Beyond rest and quiescence (endodormancy and ecodormancy): A novel model for quantifying plant-environment interaction in bud dormancy release

Robin Lundell, Heikki Hänninen, Timo Saarinen, Helena Åström, Rui Zhang

Research output: Contribution to journalArticleScientificpeer-review

Abstract

Bud dormancy of plants has traditionally been explained either by physiological growth arresting conditions in the bud or by unfavourable environmental conditions, such as non-growth-promoting low air temperatures. This conceptual dichotomy has provided the framework also for developing process-based plant phenology models. Here, we propose a novel model that in addition to covering the classical dichotomy as a special case also allows the quantification of an interaction of physiological and environmental factors. According to this plant-environment interaction suggested conceptually decades ago, rather than being unambiguous, the concept of "non-growth-promoting low air temperature" depends on the dormancy status of the plant. We parameterized the model with experimental results of growth onset for seven boreal plant species and found that based on the strength of the interaction, the species can be classified into three dormancy types, only one of which represents the traditional dichotomy. We also tested the model with four species in an independent experiment. Our study suggests that interaction of environmental and physiological factors may be involved in many such phenomena that have until now been considered simply as plant traits without any considerations of effects of the environmental factors.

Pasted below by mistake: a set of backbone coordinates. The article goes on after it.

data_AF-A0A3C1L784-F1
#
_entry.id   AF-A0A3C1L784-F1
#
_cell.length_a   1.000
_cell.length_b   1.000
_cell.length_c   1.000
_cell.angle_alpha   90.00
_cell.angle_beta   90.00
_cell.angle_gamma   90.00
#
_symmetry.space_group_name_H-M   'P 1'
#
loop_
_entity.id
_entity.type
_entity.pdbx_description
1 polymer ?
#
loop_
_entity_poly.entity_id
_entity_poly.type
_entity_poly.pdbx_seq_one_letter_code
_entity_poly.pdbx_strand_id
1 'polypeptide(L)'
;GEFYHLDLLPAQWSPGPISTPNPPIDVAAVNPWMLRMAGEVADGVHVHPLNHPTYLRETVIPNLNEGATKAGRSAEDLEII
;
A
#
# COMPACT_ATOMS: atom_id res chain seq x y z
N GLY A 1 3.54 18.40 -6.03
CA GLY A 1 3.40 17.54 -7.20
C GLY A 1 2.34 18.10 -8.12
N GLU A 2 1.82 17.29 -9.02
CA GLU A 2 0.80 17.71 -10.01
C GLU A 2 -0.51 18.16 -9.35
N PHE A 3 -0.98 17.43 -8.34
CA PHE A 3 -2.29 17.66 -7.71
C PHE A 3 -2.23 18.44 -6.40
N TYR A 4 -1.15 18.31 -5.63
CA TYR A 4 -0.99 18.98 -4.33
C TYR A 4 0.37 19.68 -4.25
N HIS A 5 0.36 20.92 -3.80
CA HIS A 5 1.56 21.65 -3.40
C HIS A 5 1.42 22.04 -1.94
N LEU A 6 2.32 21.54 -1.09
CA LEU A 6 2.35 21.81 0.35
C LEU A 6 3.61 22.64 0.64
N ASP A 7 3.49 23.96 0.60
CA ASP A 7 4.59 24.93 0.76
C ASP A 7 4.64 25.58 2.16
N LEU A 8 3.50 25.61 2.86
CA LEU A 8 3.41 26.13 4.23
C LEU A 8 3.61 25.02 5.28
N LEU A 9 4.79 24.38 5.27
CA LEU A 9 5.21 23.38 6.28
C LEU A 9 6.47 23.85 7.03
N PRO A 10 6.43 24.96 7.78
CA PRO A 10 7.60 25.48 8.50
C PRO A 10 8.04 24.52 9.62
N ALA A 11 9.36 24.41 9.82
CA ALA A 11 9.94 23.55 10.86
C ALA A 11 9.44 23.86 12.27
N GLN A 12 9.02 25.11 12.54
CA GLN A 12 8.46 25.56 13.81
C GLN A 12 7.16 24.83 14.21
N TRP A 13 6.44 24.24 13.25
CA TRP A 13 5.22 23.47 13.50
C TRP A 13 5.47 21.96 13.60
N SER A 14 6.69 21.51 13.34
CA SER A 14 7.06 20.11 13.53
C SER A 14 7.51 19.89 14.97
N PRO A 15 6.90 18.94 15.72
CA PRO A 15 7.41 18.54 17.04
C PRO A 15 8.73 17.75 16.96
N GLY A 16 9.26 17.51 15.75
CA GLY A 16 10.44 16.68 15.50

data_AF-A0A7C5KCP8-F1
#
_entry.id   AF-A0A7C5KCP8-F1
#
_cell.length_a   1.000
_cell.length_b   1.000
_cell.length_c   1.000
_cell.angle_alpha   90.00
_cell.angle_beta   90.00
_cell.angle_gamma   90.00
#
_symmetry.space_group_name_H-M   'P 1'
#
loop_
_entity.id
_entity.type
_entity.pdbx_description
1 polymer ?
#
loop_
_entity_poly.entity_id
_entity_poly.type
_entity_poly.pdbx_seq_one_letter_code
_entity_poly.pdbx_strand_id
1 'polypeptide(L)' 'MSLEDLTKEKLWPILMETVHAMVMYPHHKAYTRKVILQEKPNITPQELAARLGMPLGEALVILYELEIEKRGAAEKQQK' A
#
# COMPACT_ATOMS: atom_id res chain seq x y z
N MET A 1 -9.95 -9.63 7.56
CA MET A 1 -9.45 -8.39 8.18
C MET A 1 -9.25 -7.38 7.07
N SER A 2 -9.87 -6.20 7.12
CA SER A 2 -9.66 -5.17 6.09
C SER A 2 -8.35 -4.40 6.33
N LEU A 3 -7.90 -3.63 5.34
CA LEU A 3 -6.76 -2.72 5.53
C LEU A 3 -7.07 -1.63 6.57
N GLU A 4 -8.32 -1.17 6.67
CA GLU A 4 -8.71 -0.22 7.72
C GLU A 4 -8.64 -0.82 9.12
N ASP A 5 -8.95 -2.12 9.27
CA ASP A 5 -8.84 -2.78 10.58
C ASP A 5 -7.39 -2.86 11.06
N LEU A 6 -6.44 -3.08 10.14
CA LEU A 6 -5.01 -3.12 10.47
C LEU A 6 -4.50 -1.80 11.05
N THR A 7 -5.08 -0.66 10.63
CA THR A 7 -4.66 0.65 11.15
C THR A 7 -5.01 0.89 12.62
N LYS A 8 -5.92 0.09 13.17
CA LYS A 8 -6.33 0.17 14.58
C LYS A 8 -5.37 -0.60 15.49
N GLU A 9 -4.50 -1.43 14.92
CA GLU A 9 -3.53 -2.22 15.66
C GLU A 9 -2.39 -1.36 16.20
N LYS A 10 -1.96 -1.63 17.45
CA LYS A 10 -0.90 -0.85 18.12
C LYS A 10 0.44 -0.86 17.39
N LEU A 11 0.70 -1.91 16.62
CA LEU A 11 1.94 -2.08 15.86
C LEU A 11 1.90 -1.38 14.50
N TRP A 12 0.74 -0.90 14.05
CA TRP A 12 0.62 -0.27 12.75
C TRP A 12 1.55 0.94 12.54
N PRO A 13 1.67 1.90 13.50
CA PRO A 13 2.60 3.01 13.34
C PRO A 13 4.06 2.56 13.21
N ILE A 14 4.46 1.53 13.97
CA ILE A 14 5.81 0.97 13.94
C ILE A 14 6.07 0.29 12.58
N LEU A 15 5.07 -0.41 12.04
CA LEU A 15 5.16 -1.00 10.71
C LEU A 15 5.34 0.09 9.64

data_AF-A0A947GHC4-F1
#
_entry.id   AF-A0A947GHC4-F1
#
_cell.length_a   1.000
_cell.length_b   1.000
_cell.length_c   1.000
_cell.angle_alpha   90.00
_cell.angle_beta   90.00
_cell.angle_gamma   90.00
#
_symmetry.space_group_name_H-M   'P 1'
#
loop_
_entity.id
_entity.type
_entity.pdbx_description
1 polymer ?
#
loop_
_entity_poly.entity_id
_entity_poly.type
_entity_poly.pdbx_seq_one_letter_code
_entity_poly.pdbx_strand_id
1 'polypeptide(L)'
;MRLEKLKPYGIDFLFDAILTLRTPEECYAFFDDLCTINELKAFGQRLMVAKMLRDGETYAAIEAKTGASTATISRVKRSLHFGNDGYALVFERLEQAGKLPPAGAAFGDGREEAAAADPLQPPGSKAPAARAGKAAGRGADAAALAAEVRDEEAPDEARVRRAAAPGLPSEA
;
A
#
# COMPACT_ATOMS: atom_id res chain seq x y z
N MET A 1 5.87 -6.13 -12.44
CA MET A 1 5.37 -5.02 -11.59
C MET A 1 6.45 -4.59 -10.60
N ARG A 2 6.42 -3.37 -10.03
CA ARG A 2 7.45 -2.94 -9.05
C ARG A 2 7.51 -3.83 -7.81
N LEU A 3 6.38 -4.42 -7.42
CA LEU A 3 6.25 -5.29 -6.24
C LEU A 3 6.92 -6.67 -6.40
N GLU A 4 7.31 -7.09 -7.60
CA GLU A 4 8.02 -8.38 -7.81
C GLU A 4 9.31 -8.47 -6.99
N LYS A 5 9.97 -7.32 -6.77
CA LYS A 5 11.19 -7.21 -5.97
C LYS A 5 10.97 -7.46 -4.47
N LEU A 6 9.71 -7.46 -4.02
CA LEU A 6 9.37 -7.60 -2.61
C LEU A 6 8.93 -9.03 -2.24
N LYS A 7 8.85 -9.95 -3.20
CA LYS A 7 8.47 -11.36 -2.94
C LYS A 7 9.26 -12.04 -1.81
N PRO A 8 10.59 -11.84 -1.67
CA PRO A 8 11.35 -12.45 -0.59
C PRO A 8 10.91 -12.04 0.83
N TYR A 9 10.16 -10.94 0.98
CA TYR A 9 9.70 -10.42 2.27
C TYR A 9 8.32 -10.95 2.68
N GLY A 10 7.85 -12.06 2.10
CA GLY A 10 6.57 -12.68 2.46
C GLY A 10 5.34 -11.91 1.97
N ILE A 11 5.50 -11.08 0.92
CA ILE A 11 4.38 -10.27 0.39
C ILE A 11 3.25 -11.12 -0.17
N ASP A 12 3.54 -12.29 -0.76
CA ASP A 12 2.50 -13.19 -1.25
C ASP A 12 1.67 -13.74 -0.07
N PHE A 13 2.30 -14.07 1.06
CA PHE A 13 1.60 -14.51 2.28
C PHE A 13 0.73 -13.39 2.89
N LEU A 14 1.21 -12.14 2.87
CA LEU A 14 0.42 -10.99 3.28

Original languageEnglish
JournalPlant, Cell and Environment
Volume43
Issue number1
Pages (from-to)40-54
Number of pages15
ISSN1365-3040
DOIs
Publication statusPublished - Jan 2020
MoE publication typeA1 Journal article-refereed

Fields of Science

  • BOREAL
  • BUDBURST
  • CHILLING REQUIREMENT
  • PHENOLOGY
  • SEASONALITY
  • TEMPERATURE
  • TREES
  • chilling
  • dormancy
  • ecodormancy
  • endodormancy
  • forcing
  • growth onset
  • phenology models
  • post-rest
  • quiescence
  • rest
  • 1183 Plant biology, microbiology, virology

Cite this

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title = "Beyond rest and quiescence (endodormancy and ecodormancy): A novel model for quantifying plant-environment interaction in bud dormancy release",
abstract = "Bud dormancy of plants has traditionally been explained either by physiological growth arresting conditions in the bud or by unfavourable environmental conditions, such as non-growth-promoting low air temperatures. This conceptual dichotomy has provided the framework also for developing process-based plant phenology models. Here, we propose a novel model that in addition to covering the classical dichotomy as a special case also allows the quantification of an interaction of physiological and environmental factors. According to this plant-environment interaction suggested conceptually decades ago, rather than being unambiguous, the concept of {"}non-growth-promoting low air temperature{"} depends on the dormancy status of the plant. We parameterized the model with experimental results of growth onset for seven boreal plant species and found that based on the strength of the interaction, the species can be classified into three dormancy types, only one of which represents the traditional dichotomy. We also tested the model with four species in an independent experiment. Our study suggests that interaction of environmental and physiological factors may be involved in many such phenomena that have until now been considered simply as plant traits without any considerations of effects of the environmental factors.",